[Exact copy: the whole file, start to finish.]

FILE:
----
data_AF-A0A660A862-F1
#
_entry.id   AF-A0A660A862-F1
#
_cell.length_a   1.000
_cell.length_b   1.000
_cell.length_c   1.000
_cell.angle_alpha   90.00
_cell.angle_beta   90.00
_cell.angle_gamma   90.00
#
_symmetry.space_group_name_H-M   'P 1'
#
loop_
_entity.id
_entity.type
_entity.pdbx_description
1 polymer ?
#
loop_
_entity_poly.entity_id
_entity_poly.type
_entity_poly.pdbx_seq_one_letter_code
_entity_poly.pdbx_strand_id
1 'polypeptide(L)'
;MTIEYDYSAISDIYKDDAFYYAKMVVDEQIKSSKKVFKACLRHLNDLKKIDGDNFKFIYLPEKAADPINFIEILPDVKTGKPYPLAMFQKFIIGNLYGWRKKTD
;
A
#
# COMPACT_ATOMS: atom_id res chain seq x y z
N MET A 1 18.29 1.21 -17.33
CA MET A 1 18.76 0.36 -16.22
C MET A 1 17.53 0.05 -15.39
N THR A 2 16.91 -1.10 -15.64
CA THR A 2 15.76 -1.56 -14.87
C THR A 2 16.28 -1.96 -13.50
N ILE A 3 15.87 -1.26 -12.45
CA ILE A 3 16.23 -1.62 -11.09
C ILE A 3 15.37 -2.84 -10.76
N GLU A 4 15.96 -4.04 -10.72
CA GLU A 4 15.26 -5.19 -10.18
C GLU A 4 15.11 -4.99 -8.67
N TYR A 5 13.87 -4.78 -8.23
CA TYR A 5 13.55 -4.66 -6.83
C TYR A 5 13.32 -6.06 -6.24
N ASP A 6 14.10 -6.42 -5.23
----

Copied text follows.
data_AF-A0A660A862-F1
#
_entry.id   AF-A0A660A862-F1
#
_cell.length_a   1.000
_cell.length_b   1.000
_cell.length_c   1.000
_cell.angle_alpha   90.00
_cell.angle_beta   90.00
_cell.angle_gamma   90.00
#
_symmetry.space_group_name_H-M   'P 1'
#
loop_
_entity.id
_entity.type
_entity.pdbx_description
1 polymer ?
#
loop_
_entity_poly.entity_id
_entity_poly.type
_entity_poly.pdbx_seq_one_letter_code
_entity_poly.pdbx_strand_id
1 'polypeptide(L)'
;MTIEYDYSAISDIYKDDAFYYAKMVVDEQIKSSKKVFKACLRHLNDLKKIDGDNFKFIYLPEKAADPINFIEILPDVKTGKPYPLAMFQKFIIGNLYGWRKKTD
;
A
#
# COMPACT_ATOMS: atom_id res chain seq x y z
N MET A 1 18.29 1.21 -17.33
CA MET A 1 18.76 0.36 -16.22
C MET A 1 17.53 0.05 -15.39
N THR A 2 16.91 -1.10 -15.64
CA THR A 2 15.76 -1.56 -14.87
C THR A 2 16.28 -1.96 -13.50
N ILE A 3 15.87 -1.26 -12.45
CA ILE A 3 16.23 -1.62 -11.09
C ILE A 3 15.37 -2.84 -10.76
N GLU A 4 15.96 -4.04 -10.72
CA GLU A 4 15.26 -5.19 -10.18
C GLU A 4 15.11 -4.99 -8.67
N TYR A 5 13.87 -4.78 -8.23
CA TYR A 5 13.55 -4.66 -6.83
C TYR A 5 13.32 -6.06 -6.24
N ASP A 6 14.10 -6.42 -5.23